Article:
Medical check-up
Yes 138 62.7
No 82 37.3
Canadian Journal of Infectious Diseases and Medical Microbiology 3
In the present study, approximately one-sixth of cultures
of fingernail contents was found to be positive for coagulase-
negative Staphylococci (12.3%) followed by Staphylococcus
aureus (5%). Our results are in agreement with previous
studies reported from other parts of the country [10, 16, 17]
and are similar to findings of Zaglool et al. from Saudi Arabia
who reported these bacteria as the most common pathogen
isolated from food handlers [9]. Coagulase-negative
Staphylococci are the normal flora of the skin, and this is
the reason why high prevalence in this study. In addition,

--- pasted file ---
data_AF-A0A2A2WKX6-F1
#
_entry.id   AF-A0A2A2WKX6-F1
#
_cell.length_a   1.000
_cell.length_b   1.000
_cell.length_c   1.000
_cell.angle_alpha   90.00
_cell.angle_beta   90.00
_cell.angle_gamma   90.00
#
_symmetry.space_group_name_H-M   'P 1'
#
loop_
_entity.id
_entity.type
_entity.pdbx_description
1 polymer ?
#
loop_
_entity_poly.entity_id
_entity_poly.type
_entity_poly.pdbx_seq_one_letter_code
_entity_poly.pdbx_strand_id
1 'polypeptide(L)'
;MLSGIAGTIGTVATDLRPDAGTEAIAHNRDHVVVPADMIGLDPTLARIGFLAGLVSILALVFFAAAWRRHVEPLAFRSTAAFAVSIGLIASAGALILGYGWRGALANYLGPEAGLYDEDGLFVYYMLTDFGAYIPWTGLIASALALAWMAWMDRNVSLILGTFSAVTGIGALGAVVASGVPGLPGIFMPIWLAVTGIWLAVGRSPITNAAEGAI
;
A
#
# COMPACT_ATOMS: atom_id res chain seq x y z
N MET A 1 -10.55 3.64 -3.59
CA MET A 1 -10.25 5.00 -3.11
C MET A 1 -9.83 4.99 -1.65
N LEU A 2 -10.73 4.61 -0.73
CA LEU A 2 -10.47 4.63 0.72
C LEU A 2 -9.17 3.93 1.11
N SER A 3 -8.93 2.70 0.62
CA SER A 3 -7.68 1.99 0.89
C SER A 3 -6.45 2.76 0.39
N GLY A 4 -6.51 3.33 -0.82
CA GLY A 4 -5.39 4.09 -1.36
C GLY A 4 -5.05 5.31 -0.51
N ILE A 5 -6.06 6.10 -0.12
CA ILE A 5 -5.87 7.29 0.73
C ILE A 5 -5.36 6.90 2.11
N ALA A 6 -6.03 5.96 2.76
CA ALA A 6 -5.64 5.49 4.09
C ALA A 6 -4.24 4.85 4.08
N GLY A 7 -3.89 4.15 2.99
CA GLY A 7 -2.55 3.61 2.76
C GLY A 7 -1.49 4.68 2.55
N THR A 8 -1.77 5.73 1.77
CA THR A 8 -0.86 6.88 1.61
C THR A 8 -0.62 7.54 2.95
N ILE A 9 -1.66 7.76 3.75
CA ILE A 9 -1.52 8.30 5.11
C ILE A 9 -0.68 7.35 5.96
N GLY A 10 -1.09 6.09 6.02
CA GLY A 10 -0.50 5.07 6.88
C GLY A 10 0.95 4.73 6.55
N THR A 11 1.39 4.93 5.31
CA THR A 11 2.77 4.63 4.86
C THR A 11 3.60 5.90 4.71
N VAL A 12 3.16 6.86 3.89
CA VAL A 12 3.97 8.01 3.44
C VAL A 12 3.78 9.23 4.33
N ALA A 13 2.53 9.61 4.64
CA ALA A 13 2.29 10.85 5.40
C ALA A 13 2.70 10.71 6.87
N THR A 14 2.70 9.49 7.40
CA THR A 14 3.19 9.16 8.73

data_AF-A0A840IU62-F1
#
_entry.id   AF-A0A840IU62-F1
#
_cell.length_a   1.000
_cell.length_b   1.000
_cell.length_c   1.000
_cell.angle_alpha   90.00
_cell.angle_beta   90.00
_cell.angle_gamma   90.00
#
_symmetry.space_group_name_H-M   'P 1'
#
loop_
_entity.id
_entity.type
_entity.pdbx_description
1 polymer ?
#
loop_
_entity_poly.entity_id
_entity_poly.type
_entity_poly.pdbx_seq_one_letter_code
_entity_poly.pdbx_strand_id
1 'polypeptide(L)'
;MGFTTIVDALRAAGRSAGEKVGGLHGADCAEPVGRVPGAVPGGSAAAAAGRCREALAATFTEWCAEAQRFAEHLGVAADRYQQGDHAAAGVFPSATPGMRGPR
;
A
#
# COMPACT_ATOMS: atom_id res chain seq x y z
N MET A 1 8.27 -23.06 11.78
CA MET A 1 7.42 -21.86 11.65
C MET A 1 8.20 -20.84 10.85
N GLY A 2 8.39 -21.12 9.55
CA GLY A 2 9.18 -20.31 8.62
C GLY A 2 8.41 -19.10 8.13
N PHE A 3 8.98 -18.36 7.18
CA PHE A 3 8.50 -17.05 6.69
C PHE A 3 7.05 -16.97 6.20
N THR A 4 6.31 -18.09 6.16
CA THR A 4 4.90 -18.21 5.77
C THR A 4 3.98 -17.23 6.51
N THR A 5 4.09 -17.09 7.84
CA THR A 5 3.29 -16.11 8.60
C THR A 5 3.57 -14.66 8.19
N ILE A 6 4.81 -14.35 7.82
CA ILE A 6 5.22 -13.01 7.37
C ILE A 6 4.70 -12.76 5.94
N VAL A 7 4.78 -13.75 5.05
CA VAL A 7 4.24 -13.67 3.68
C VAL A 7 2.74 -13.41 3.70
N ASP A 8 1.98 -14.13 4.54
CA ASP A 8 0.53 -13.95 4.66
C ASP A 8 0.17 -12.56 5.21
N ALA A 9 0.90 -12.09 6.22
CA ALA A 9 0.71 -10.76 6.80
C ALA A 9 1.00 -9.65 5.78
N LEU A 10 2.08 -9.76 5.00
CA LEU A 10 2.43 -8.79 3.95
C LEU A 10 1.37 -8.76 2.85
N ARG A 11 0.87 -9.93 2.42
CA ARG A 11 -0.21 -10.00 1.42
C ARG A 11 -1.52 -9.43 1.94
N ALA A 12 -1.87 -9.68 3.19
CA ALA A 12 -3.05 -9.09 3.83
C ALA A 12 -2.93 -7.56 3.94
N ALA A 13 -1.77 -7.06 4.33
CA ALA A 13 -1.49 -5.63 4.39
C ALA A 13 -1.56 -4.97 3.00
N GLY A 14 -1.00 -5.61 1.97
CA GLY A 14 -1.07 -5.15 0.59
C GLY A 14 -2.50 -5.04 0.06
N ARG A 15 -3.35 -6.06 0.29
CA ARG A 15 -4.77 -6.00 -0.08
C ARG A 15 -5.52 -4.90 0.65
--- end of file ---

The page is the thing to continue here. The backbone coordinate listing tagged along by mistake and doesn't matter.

isolation of Staphylococcus aureus in this study was because
it is the true pathogenic bacteria included in the resident
microflora of the skin and nose. Food handlers can easily
contaminate food with Staphylococcus aureus (common
cause of food poising) if they do not wash their hands
properly after using toilet and after making contact with
their nose [22]. Tambekar et al. also reported the reduction
in the number of pathogens after hand washing [23].
Different species of Enterobacteriaceae were isolated in
11.5% of food handlers (data not shown) in the present
study. Klebsiella and Escherichia coli were the predominates,
supporting the concept of contamination by fecal bacteria
due to inadequate handwashing by the food handlers, which
are a cause of concern for the public [24]. Furthermore, only
15.5% of the food handlers in our institution had been
trained in safe food handling practices.
Escherichia coli is a normal flora usually present in the
intestine even though some serotypes (i.e., 0157:H7) can